Although this is another Vampire movie to add to the full, of not bursting list that has graced our screens in the past. Byzantium takes a somewhat different approach.
If one were to enter this film with no concept in their head, the title 'Byzantium' my simply be a cool title that references to the ancient city where presently Istanbul stands. Director, Neil Jordan who also directed Interview with the Vampire, sets this film off with no indication of vampires. But as the film develops, it doesn't focus simply on the supernatural aspect, but is boiled down to the relationship between two female vampires and their place in society. Unlike other vampire stories, not only do they focus on two women but they don't become vampires from the commercialized way of a bite. Despite the film being about vampires, writer Moira Buffini executes it in such a way thatthe supernatural aspect could easily be overlooked and still leave a compelling story of how this seemingly random relationship came to be.
The film opens on Eleanor, brought to life by the captivating Saoirse Ronan, as she discusses why she writes her stories down although they must remain untold. Having this as an opening, it sets up the atmosphere of being trapped and burdened by one's past. But although her stories are clearly more elaborate than the average person, it creates a sense of relatability as everyone holds secrets that they cannot share. Her clear sense of innocence and youthful purity contrasts with the introduction of Clara. Clara, whose played by the equally charming Gemma Arterton, creates a stark difference to Eleanor as she is found in a strip club, half naked, grinding on a man. Eleanor describes her as "my savior, my burden" which instantly implies that behind her innocence is Clara protecting her from the harshness of reality in any way she can. Although their relationship is not explained from the onset. It is obvious that they are bonded, though not necessarily by choice.
Like most movies, a male (or two) are introduced in order to create a wedge. Eleanor struggles to find herself while trying to be who she has been told to be. Whilst Clara remains just as hard to dissect as before. In fact, Clara appears to be a modern take on the femme fatal as the facade she puts up draws men in who want to help her and inevitably lead to their downfall. Even though Clara is tough and at times almost heartless, it is hard to hate her character with the moments of sincerity and fierce protectiveness she has over Eleanor.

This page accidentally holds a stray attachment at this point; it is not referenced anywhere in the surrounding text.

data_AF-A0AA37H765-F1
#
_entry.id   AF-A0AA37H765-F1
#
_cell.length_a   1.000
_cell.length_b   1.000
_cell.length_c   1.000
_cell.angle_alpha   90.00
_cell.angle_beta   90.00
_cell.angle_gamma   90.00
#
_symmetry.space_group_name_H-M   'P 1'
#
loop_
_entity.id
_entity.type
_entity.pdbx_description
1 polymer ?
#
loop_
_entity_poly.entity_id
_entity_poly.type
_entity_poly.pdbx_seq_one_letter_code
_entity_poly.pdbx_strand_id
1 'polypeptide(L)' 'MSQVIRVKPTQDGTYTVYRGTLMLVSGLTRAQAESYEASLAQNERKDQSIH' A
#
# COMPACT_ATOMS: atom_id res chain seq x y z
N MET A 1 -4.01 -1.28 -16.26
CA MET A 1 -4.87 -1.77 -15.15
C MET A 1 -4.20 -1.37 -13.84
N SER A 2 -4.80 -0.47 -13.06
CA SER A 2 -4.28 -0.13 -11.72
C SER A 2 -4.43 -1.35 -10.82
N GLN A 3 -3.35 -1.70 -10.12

As the film unravels and we're given glimpses into their pasts, both when they were human and after they were turned, their individual struggles are aired. They may not share the same troubles many people still face, but once Clara's past is revealed it creates an understanding of why she has become the person she is today. She had a youthful innocence, very much like Eleanor still does. But due to unfortunate circumstances molded her into the spiteful character. Young Clara who was forced into a brothel is sadly not an outdated concept so it brings a story set in the past to a current problem, further adding a touch of realism.
In fact, for most of the first half of the film, the concept of vampire's is glossed over to establish a basis to set up Clara and Eleanor's established characters before introducing glimpses into their pasts and answering the larger questions of their past.
Frank, played by Caleb Landry Jones, is the young male who comes between Eleanor and Clara. Although not initially set up as a love interest for Eleanor, he becomes something unique to her- a friend. Such a storyline is typical with nerds or social awkward people. But Eleanor's story is one of secrets and struggle with creating meaningful connections. Frank is important than just being someone for Eleanor to create a relationship with (romantic or otherwise) but he also disrupts Clara and Eleanor's flow that had been working for years. As his presence has awoken something in Eleanor making her be less passive about her life and want to do something for herself by staying put whilst going against Clara's demands. It is the first, noticeable character development for Eleanor. Which touches home on the idea of the teenagers pulling away from their parents or guardians grasp. For once, Eleanor wants to establish her own persona.